An organization is an entity transforming inputs into saleable output (tangible or services) using processes. Clients pay for the output delivered to them when it meets their requirements regarding quality, cost, performance, safety etc.


Measurements can therefore be done specifically for each of the three blocks above. If you have not yet developed a good measurement system, it is best to start at the Output Block, since it directly impacts the customers.

Be clear about objectives

Measurements help in recording data to establish base line. How much product or service is being produced in a unit of time – which can be a shift, day, a week, month, quarter or a year. Knowing the production rate, we can analyze performance trends, performance variations with season, within various teams, within shifts etc. Base line can also be used for bench-marking performance with competitors. It is usual to create ratios of output by dividing it with number of employees or with capital employed or with floor area employed (for example sales per square meter in a retail store) etc. Once these ratios are established, it is easy to set goals to improve them over a reasonable challenging time frame. Providing these challenges to employees provides them with adequate freedom to innovate, show their skills and use  their in-depth ground level knowledge.

Employees will usually come out with many suggestions about how improvements can be done.

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Management Role

Management’s role is to establish priorities for improvements. It is obvious that those improvements which are less costly and would produce immediate benefits be taken up immediately. Necessary change management and execution techniques should be used and teams formed with management constantly providing support and review. Keep in mind that improvement requires time of employees and if they are already overworked, it would not be possible for them to deliver the expected goals. It is management’s role to provide resources and support – this requires a definitive mind set of the higher management who should decide whether or not they value a culture of innovation, growth, challenged and engaged manpower or wish to continue business-as-usual.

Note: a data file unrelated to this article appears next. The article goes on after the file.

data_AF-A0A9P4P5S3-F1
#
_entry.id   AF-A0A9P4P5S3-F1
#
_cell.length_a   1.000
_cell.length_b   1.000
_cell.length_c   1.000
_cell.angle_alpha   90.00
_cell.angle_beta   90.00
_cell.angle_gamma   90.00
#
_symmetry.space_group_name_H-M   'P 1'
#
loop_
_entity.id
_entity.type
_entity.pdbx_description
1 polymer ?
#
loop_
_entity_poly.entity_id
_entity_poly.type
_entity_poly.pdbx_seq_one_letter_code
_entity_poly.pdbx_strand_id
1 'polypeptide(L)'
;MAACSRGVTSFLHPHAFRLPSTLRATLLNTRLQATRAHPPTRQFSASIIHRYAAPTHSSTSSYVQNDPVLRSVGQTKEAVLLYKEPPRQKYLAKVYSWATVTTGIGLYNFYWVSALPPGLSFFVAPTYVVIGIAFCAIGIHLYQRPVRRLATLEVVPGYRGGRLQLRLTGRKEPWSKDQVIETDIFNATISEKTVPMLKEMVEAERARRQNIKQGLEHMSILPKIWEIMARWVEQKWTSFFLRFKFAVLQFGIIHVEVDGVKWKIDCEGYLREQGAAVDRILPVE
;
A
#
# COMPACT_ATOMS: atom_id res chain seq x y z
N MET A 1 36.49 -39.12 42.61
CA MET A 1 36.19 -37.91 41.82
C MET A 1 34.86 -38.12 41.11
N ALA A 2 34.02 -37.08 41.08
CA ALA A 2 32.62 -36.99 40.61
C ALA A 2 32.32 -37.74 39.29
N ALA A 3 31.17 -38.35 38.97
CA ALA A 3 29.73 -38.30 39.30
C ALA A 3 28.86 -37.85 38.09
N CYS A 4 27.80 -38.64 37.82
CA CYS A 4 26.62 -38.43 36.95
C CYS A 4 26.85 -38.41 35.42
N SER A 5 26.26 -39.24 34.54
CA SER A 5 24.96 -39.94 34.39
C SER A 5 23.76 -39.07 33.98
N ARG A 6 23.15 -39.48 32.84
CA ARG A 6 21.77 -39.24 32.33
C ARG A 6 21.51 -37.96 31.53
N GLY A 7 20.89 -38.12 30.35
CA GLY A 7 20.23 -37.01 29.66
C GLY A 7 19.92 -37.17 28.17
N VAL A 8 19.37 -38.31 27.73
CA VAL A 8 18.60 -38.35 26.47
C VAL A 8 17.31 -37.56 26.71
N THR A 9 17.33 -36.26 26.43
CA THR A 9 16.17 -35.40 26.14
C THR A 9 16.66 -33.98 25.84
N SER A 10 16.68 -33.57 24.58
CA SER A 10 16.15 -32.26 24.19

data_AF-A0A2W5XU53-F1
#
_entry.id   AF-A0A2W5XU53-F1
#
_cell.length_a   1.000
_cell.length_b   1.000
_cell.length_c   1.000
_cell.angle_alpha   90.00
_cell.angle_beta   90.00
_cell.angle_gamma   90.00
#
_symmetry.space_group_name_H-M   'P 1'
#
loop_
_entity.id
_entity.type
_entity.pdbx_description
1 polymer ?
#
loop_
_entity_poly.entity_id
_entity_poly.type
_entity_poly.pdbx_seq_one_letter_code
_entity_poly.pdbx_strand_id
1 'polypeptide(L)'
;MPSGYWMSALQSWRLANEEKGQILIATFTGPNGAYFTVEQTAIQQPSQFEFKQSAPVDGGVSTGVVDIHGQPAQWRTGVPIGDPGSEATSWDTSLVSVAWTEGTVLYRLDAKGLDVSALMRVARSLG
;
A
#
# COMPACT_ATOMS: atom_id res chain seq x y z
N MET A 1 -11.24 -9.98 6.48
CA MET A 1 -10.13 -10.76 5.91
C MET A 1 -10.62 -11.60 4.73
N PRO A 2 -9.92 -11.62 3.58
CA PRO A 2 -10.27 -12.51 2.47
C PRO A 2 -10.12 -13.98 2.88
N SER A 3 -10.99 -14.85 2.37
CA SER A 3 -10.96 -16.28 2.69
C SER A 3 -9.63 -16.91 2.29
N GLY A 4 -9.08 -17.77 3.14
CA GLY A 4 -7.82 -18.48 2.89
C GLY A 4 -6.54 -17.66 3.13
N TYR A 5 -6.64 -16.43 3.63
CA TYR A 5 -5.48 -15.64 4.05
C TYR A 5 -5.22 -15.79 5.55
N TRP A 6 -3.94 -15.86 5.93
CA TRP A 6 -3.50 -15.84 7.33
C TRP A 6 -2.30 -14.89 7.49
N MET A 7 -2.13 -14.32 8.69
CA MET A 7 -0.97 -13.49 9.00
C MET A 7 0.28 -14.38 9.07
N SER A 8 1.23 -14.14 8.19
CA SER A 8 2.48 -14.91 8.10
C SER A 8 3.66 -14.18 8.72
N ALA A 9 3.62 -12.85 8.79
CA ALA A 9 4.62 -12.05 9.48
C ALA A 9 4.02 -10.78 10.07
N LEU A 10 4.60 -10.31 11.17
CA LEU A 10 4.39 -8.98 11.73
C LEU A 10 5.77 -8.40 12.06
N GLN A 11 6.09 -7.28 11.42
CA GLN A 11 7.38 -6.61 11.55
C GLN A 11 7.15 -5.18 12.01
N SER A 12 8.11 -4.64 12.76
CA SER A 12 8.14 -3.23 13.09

It is vital that once management decision to go for measurements is taken, the projects which are easy and quick are attempted in those pockets of the organization where positivity and team-work is better than average. Once results are shown and communicated to all in the organization, it sets the pace for fence-sitters to join the organizational efforts to make the organization a place worth working in.

VKM Profile Picture

V K Mehandru